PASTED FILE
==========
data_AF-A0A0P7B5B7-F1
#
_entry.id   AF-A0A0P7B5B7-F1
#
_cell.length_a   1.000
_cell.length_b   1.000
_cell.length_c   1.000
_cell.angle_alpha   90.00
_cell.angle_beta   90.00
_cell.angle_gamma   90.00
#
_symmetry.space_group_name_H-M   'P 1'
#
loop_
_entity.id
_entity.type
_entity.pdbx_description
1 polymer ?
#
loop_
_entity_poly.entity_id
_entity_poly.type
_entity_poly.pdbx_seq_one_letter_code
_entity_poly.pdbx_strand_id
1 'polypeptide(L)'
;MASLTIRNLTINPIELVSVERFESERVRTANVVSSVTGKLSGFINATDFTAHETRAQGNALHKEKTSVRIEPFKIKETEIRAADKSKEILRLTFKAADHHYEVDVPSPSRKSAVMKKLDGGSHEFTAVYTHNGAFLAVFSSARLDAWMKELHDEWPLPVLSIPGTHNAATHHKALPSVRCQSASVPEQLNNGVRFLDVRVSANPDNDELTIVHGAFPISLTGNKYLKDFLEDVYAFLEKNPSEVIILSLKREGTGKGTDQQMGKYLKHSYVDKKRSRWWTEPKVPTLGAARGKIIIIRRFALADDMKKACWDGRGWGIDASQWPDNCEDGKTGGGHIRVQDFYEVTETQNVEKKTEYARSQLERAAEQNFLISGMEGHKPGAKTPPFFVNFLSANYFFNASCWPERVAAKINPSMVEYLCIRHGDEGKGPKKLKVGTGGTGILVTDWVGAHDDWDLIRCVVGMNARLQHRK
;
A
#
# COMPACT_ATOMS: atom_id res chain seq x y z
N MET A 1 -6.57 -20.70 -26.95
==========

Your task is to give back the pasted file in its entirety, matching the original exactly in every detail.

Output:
data_AF-A0A0P7B5B7-F1
#
_entry.id   AF-A0A0P7B5B7-F1
#
_cell.length_a   1.000
_cell.length_b   1.000
_cell.length_c   1.000
_cell.angle_alpha   90.00
_cell.angle_beta   90.00
_cell.angle_gamma   90.00
#
_symmetry.space_group_name_H-M   'P 1'
#
loop_
_entity.id
_entity.type
_entity.pdbx_description
1 polymer ?
#
loop_
_entity_poly.entity_id
_entity_poly.type
_entity_poly.pdbx_seq_one_letter_code
_entity_poly.pdbx_strand_id
1 'polypeptide(L)'
;MASLTIRNLTINPIELVSVERFESERVRTANVVSSVTGKLSGFINATDFTAHETRAQGNALHKEKTSVRIEPFKIKETEIRAADKSKEILRLTFKAADHHYEVDVPSPSRKSAVMKKLDGGSHEFTAVYTHNGAFLAVFSSARLDAWMKELHDEWPLPVLSIPGTHNAATHHKALPSVRCQSASVPEQLNNGVRFLDVRVSANPDNDELTIVHGAFPISLTGNKYLKDFLEDVYAFLEKNPSEVIILSLKREGTGKGTDQQMGKYLKHSYVDKKRSRWWTEPKVPTLGAARGKIIIIRRFALADDMKKACWDGRGWGIDASQWPDNCEDGKTGGGHIRVQDFYEVTETQNVEKKTEYARSQLERAAEQNFLISGMEGHKPGAKTPPFFVNFLSANYFFNASCWPERVAAKINPSMVEYLCIRHGDEGKGPKKLKVGTGGTGILVTDWVGAHDDWDLIRCVVGMNARLQHRK
;
A
#
# COMPACT_ATOMS: atom_id res chain seq x y z
N MET A 1 -6.57 -20.70 -26.95